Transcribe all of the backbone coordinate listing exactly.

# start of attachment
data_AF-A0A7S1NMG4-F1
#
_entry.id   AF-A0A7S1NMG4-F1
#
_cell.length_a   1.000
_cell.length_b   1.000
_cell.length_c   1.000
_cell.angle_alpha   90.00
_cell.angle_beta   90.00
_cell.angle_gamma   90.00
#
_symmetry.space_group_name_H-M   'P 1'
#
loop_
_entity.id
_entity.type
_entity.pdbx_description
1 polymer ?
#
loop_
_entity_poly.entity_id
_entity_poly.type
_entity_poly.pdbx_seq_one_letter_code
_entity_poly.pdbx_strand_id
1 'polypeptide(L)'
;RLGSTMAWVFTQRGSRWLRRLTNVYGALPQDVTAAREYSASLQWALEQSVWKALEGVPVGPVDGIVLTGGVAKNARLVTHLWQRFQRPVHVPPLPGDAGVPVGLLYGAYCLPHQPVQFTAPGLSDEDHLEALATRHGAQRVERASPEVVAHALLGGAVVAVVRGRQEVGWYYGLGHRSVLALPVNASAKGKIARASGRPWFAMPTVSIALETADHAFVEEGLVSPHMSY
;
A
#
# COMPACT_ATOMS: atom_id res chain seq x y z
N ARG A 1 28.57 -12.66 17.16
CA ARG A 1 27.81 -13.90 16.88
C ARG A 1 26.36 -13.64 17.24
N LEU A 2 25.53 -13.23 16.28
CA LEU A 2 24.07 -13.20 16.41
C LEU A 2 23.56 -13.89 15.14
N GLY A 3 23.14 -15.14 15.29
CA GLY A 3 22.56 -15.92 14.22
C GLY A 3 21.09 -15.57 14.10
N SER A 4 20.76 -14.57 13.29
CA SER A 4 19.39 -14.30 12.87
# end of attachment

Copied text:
data_AF-A0A7S1NMG4-F1
#
_entry.id   AF-A0A7S1NMG4-F1
#
_cell.length_a   1.000
_cell.length_b   1.000
_cell.length_c   1.000
_cell.angle_alpha   90.00
_cell.angle_beta   90.00
_cell.angle_gamma   90.00
#
_symmetry.space_group_name_H-M   'P 1'
#
loop_
_entity.id
_entity.type
_entity.pdbx_description
1 polymer ?
#
loop_
_entity_poly.entity_id
_entity_poly.type
_entity_poly.pdbx_seq_one_letter_code
_entity_poly.pdbx_strand_id
1 'polypeptide(L)'
;RLGSTMAWVFTQRGSRWLRRLTNVYGALPQDVTAAREYSASLQWALEQSVWKALEGVPVGPVDGIVLTGGVAKNARLVTHLWQRFQRPVHVPPLPGDAGVPVGLLYGAYCLPHQPVQFTAPGLSDEDHLEALATRHGAQRVERASPEVVAHALLGGAVVAVVRGRQEVGWYYGLGHRSVLALPVNASAKGKIARASGRPWFAMPTVSIALETADHAFVEEGLVSPHMSY
;
A
#
# COMPACT_ATOMS: atom_id res chain seq x y z
N ARG A 1 28.57 -12.66 17.16
CA ARG A 1 27.81 -13.90 16.88
C ARG A 1 26.36 -13.64 17.24
N LEU A 2 25.53 -13.23 16.28
CA LEU A 2 24.07 -13.20 16.41
C LEU A 2 23.56 -13.89 15.14
N GLY A 3 23.14 -15.14 15.29
CA GLY A 3 22.56 -15.92 14.22
C GLY A 3 21.09 -15.57 14.10
N SER A 4 20.76 -14.57 13.29
CA SER A 4 19.39 -14.30 12.87